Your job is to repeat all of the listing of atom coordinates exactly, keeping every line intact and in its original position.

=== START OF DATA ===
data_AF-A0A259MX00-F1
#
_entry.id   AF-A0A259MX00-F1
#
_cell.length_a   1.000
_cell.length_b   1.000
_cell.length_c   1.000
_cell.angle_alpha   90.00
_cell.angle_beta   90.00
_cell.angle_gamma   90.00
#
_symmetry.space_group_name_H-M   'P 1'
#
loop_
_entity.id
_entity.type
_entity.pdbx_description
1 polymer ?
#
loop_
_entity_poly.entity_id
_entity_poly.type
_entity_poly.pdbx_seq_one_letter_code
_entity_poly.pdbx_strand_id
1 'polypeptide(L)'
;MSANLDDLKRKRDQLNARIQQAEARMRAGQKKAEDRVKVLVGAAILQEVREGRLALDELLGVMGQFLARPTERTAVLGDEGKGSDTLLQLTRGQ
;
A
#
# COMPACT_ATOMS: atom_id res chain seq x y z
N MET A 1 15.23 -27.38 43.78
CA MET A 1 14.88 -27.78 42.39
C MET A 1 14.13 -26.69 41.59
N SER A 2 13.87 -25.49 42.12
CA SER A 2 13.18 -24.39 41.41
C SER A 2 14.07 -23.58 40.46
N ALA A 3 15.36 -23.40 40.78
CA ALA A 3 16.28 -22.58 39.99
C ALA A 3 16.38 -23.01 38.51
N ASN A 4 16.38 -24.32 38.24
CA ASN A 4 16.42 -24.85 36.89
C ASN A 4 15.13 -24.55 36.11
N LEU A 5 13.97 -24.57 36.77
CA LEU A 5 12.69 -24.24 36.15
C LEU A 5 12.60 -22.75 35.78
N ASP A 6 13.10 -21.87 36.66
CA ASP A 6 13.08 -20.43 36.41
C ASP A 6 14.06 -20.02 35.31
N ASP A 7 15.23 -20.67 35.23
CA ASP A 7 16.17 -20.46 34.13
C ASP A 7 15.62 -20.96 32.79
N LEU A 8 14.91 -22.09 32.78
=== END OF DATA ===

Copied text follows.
data_AF-A0A259MX00-F1
#
_entry.id   AF-A0A259MX00-F1
#
_cell.length_a   1.000
_cell.length_b   1.000
_cell.length_c   1.000
_cell.angle_alpha   90.00
_cell.angle_beta   90.00
_cell.angle_gamma   90.00
#
_symmetry.space_group_name_H-M   'P 1'
#
loop_
_entity.id
_entity.type
_entity.pdbx_description
1 polymer ?
#
loop_
_entity_poly.entity_id
_entity_poly.type
_entity_poly.pdbx_seq_one_letter_code
_entity_poly.pdbx_strand_id
1 'polypeptide(L)'
;MSANLDDLKRKRDQLNARIQQAEARMRAGQKKAEDRVKVLVGAAILQEVREGRLALDELLGVMGQFLARPTERTAVLGDEGKGSDTLLQLTRGQ
;
A
#
# COMPACT_ATOMS: atom_id res chain seq x y z
N MET A 1 15.23 -27.38 43.78
CA MET A 1 14.88 -27.78 42.39
C MET A 1 14.13 -26.69 41.59
N SER A 2 13.87 -25.49 42.12
CA SER A 2 13.18 -24.39 41.41
C SER A 2 14.07 -23.58 40.46
N ALA A 3 15.36 -23.40 40.78
CA ALA A 3 16.28 -22.58 39.99
C ALA A 3 16.38 -23.01 38.51
N ASN A 4 16.38 -24.32 38.24
CA ASN A 4 16.42 -24.85 36.89
C ASN A 4 15.13 -24.55 36.11
N LEU A 5 13.97 -24.57 36.77
CA LEU A 5 12.69 -24.24 36.15
C LEU A 5 12.60 -22.75 35.78
N ASP A 6 13.10 -21.87 36.66
CA ASP A 6 13.08 -20.43 36.41
C ASP A 6 14.06 -20.02 35.31
N ASP A 7 15.23 -20.67 35.23
CA ASP A 7 16.17 -20.46 34.13
C ASP A 7 15.62 -20.96 32.79
N LEU A 8 14.91 -22.09 32.78